Struggling with Juggling

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As a society we are busier than ever – add being a working parent into the mix and the juggle is a daily challenge, for some this has no end in sight. So how do we reduce the stress and busyness to manage and enjoy our family and work life more?

Recently Parents At Work founder Emma Walsh was joined by David James, CEO of Juggle Street – the social network bringing neighbours (and busy parents) together to help make juggling life that little bit easier. David and Emma discussed via Webinar the topic Struggling with Juggling and explored a recent working parent productivity study which revealed some astounding statistics. The stand out one being that it costs the Australian economy an estimated $24 billion per annum from parents stressing and dealing with family issues at work.

Some of the other key take-outs from the study were:

  • There is an accelerated trend for both parents to work. More women are returning to work than ever. It may be as high as 75% by the next ABS census. Workplaces and education establishments are struggling to keep up with this.
  • Most workplaces aren’t acknowledging the productivity loss and most of the loss (80%) isn’t obviously visible.
  • Over 63% reported loosing out on over $10,000 lost earnings over the last year because of commitments to family. Also, the career pain is being felt by the younger working parent generation.
  • People working over 50 hours – are taking 3 x more time dealing with family and it’s having 3 x greater impact on their work and productivity. Pushing yourself to work more isn’t necessarily getting the result anyone desires.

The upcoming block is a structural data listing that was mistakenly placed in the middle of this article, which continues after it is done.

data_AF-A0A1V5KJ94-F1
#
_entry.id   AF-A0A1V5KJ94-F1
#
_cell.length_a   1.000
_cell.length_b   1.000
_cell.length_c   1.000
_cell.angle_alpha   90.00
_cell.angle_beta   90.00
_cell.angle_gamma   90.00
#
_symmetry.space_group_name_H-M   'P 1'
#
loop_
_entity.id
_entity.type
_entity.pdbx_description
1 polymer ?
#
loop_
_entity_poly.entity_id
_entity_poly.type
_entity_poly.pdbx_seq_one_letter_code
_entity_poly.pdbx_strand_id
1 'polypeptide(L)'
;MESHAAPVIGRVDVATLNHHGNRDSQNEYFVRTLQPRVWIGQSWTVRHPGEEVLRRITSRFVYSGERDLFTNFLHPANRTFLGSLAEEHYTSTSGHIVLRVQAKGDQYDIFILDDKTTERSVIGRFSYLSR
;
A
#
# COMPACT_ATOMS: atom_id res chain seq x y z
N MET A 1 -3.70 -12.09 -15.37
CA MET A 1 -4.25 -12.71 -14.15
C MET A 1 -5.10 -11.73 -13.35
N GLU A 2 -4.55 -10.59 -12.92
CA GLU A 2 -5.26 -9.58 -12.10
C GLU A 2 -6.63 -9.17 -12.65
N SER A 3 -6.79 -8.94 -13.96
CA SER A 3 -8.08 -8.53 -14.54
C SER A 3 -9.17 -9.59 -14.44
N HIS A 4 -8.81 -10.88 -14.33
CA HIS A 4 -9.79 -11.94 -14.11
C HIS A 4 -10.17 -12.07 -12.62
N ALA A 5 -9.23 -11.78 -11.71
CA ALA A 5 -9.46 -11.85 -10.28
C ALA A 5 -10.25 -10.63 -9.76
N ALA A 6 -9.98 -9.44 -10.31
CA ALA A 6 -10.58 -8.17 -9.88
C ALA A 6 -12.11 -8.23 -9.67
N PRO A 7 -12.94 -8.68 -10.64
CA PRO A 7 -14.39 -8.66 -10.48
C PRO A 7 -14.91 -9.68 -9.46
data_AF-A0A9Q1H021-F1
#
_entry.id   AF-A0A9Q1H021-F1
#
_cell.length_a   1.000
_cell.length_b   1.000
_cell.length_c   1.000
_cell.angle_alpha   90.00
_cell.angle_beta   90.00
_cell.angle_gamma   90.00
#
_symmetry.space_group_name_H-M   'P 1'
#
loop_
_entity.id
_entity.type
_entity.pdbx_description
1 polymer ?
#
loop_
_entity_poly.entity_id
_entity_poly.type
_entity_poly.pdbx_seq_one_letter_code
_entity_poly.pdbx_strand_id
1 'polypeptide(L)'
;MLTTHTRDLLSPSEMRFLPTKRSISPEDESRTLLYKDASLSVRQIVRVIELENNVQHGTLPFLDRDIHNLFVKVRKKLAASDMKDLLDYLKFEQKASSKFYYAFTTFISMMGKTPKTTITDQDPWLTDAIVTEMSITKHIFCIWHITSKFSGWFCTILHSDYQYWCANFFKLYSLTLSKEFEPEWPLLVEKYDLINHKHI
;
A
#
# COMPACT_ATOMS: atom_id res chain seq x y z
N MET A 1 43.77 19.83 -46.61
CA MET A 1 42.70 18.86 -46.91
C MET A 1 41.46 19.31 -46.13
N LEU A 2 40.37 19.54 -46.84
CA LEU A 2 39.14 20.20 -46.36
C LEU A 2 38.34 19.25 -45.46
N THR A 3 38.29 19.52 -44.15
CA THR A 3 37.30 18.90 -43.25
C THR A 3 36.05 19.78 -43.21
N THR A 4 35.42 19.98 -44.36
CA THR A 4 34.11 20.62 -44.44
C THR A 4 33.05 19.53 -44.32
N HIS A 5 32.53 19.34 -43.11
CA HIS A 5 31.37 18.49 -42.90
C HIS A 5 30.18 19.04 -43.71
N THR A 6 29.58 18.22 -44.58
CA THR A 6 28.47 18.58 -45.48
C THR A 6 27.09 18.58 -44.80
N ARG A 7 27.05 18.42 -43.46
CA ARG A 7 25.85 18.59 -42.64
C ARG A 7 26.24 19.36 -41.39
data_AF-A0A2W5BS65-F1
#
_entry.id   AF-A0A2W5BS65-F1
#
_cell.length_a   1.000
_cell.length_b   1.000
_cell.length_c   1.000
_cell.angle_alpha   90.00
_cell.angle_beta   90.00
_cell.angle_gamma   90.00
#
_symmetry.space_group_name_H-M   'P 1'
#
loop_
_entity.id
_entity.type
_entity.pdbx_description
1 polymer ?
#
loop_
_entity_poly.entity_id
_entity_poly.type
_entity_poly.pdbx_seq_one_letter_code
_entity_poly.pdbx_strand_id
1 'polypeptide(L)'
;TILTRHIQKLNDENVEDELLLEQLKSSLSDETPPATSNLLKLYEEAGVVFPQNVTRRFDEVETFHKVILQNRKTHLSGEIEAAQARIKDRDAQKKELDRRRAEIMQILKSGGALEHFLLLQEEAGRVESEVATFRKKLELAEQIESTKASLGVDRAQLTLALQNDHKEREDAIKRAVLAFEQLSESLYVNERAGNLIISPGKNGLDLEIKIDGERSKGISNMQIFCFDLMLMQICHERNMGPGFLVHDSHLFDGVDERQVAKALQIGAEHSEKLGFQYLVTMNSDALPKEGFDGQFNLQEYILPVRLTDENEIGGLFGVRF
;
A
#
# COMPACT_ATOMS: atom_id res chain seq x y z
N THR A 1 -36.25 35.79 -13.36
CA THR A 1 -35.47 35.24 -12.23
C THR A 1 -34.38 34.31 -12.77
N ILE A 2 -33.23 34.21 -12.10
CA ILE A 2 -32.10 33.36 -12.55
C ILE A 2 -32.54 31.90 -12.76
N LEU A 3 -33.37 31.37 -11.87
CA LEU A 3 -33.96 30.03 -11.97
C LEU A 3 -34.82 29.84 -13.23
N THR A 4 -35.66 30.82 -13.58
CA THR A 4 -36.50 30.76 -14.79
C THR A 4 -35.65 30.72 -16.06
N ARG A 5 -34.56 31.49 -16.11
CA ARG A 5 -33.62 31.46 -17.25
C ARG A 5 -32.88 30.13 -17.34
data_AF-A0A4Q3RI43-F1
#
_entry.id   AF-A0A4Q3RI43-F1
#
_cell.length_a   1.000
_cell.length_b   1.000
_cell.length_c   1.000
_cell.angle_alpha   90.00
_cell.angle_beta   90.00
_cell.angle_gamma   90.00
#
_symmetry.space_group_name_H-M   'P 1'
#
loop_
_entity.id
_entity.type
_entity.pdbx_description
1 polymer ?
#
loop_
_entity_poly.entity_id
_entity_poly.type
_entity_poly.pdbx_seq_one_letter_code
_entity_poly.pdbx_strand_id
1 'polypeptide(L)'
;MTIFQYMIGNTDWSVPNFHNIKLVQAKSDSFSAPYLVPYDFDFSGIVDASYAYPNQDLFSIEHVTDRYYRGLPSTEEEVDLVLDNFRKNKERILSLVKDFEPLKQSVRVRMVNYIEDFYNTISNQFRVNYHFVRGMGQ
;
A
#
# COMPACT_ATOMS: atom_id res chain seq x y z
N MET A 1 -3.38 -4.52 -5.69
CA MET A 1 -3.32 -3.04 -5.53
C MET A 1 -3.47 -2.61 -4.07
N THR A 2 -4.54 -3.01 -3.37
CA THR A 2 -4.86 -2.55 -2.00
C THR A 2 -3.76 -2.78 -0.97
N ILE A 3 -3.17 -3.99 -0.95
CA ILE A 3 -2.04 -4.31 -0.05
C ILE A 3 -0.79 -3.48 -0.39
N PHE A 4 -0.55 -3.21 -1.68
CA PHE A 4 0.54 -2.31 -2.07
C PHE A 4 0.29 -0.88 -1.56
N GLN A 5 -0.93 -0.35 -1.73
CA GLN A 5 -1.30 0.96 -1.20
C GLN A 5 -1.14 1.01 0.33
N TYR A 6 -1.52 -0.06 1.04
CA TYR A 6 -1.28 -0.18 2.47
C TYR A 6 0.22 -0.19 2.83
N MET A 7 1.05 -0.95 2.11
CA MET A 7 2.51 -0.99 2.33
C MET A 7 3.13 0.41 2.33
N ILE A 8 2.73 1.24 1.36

• Nearly half of men and women said they would take a job with less money if it were more family friendly and flexible. What’s more 25% of men are feeling trapped in their workplace – they want to move jobs for more family flexible work but feel they can’t.
What can individuals do to balance work life balance?

Connect with your village. Using your network – a team – to support you. Address it as a logistical challenge, as a work project of sorts. Look at who is in our network and how well are you are working with that network. Ask how you can collaborate and support others too. For example, actively seek other parents who may be open to swap pick-ups. Putting time in beyond the ‘welcome BBQ’ at the beginning of the year isn’t going to cut it. To build trusting relationships you need to spend time engaging with your school, social and family networks.

Remember we are not failures if we need help – it does not mean we are not coping. It’s normal to need help, normal to ask and normal to receive it. If we are constantly trying to ‘hold it all altogether’ then we stop transparency – our communities and workplaces don’t appreciate and understand what’s needed and we prevent the change that’s needed. Faking it till we’re making is not working – the only way to change our education and workplace structure is to start talking about it and bring the issues like productivity loss to the fore.

What can organisations do to support working parents be more productive?

Set the tone from the top – put policies and procedures in place – and lead these from the top so that people truly believe what’s on paper. Unless the CEO leads by example things won’t change. Flexibility doesn’t just relate to employees with kids – we need to offer it to everyone.

There is a difference in how employers and employees view flexibility. One of the greatest challenges is to be more innovative about how we create more flexibility in the workplace.

If your leadership team doesn’t get it we need to take some action as individuals – be prepared to speak up and take responsibility to create the change. Present examples of where it has worked and what options are available and provide evidence to support your case. Start the conversation.

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